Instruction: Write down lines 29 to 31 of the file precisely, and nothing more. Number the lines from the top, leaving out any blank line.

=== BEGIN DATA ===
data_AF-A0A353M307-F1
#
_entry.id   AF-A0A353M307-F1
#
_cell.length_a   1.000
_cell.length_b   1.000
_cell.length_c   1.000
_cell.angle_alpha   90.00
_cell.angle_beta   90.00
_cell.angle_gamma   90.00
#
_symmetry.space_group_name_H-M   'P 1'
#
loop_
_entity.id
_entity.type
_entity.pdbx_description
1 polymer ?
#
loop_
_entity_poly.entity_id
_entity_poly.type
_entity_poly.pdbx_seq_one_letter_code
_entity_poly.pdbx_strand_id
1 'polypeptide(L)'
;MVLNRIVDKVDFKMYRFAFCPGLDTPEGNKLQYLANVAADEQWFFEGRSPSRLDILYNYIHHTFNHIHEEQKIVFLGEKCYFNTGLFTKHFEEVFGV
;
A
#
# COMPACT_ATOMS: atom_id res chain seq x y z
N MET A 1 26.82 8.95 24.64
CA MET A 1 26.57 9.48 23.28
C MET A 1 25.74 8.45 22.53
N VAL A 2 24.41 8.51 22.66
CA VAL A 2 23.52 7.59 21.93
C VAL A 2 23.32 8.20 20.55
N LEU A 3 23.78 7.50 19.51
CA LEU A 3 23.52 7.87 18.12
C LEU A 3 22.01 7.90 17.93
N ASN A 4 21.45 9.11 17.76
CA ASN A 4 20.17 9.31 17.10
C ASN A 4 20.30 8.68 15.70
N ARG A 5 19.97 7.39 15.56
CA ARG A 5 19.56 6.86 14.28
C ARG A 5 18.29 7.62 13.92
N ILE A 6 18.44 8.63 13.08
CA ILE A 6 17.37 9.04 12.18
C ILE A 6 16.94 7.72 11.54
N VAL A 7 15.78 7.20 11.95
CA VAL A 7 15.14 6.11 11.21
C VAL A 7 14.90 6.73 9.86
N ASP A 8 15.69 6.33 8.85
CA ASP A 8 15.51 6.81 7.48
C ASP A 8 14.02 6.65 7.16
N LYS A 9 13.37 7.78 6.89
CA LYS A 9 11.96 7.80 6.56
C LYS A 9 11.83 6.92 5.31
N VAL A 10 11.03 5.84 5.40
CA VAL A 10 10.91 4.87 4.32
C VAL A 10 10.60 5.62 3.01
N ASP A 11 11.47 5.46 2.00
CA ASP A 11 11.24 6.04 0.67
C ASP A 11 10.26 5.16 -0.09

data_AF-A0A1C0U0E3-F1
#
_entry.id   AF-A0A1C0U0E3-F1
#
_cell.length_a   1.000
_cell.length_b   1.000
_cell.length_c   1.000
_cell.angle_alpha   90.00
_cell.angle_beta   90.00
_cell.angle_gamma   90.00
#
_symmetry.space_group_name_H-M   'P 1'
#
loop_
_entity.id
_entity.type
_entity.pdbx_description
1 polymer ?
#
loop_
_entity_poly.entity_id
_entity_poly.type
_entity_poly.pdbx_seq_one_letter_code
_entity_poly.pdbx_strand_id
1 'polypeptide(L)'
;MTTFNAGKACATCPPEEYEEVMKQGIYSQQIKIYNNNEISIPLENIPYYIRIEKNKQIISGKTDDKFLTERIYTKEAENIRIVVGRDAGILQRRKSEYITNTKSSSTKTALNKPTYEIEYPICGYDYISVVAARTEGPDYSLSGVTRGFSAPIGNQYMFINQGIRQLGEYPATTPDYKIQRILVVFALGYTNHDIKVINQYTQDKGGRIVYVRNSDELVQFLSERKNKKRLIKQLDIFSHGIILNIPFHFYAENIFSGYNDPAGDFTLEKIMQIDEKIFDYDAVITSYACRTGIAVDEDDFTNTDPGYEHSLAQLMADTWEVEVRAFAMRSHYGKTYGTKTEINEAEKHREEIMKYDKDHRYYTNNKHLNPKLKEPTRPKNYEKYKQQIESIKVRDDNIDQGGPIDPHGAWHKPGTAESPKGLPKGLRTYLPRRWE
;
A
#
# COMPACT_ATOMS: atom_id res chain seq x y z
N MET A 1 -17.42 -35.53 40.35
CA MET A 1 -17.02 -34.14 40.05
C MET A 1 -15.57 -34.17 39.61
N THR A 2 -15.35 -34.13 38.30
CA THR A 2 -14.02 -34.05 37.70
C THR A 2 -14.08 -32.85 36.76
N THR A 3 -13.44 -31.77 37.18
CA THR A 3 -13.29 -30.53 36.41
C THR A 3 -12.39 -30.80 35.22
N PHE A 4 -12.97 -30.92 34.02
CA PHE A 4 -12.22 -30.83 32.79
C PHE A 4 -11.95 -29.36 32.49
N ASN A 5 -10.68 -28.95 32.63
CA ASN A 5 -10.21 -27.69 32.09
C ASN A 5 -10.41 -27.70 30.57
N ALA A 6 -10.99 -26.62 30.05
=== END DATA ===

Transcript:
#
# COMPACT_ATOMS: atom_id res chain seq x y z
N MET A 1 26.82 8.95 24.64